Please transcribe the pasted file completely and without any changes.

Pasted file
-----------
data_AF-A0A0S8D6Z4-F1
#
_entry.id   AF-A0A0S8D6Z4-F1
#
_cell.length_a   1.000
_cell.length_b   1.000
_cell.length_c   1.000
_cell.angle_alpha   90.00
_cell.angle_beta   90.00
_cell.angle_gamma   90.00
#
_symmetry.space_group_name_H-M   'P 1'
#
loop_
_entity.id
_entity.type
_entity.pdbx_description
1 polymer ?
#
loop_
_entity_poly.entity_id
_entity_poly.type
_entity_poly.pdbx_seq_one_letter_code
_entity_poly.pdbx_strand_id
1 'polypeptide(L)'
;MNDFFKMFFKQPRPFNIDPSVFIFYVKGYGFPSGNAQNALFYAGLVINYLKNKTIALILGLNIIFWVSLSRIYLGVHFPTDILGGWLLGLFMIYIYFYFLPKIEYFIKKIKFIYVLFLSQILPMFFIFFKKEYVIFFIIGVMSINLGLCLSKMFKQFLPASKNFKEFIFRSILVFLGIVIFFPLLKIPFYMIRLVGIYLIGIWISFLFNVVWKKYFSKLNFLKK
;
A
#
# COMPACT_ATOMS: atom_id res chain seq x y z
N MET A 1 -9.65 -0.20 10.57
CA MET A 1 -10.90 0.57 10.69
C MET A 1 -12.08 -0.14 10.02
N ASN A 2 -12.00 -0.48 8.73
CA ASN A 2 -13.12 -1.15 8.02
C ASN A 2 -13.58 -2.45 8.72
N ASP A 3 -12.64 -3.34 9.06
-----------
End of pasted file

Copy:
data_AF-A0A0S8D6Z4-F1
#
_entry.id   AF-A0A0S8D6Z4-F1
#
_cell.length_a   1.000
_cell.length_b   1.000
_cell.length_c   1.000
_cell.angle_alpha   90.00
_cell.angle_beta   90.00
_cell.angle_gamma   90.00
#
_symmetry.space_group_name_H-M   'P 1'
#
loop_
_entity.id
_entity.type
_entity.pdbx_description
1 polymer ?
#
loop_
_entity_poly.entity_id
_entity_poly.type
_entity_poly.pdbx_seq_one_letter_code
_entity_poly.pdbx_strand_id
1 'polypeptide(L)'
;MNDFFKMFFKQPRPFNIDPSVFIFYVKGYGFPSGNAQNALFYAGLVINYLKNKTIALILGLNIIFWVSLSRIYLGVHFPTDILGGWLLGLFMIYIYFYFLPKIEYFIKKIKFIYVLFLSQILPMFFIFFKKEYVIFFIIGVMSINLGLCLSKMFKQFLPASKNFKEFIFRSILVFLGIVIFFPLLKIPFYMIRLVGIYLIGIWISFLFNVVWKKYFSKLNFLKK
;
A
#
# COMPACT_ATOMS: atom_id res chain seq x y z
N MET A 1 -9.65 -0.20 10.57
CA MET A 1 -10.90 0.57 10.69
C MET A 1 -12.08 -0.14 10.02
N ASN A 2 -12.00 -0.48 8.73
CA ASN A 2 -13.12 -1.15 8.02
C ASN A 2 -13.58 -2.45 8.72
N ASP A 3 -12.64 -3.34 9.06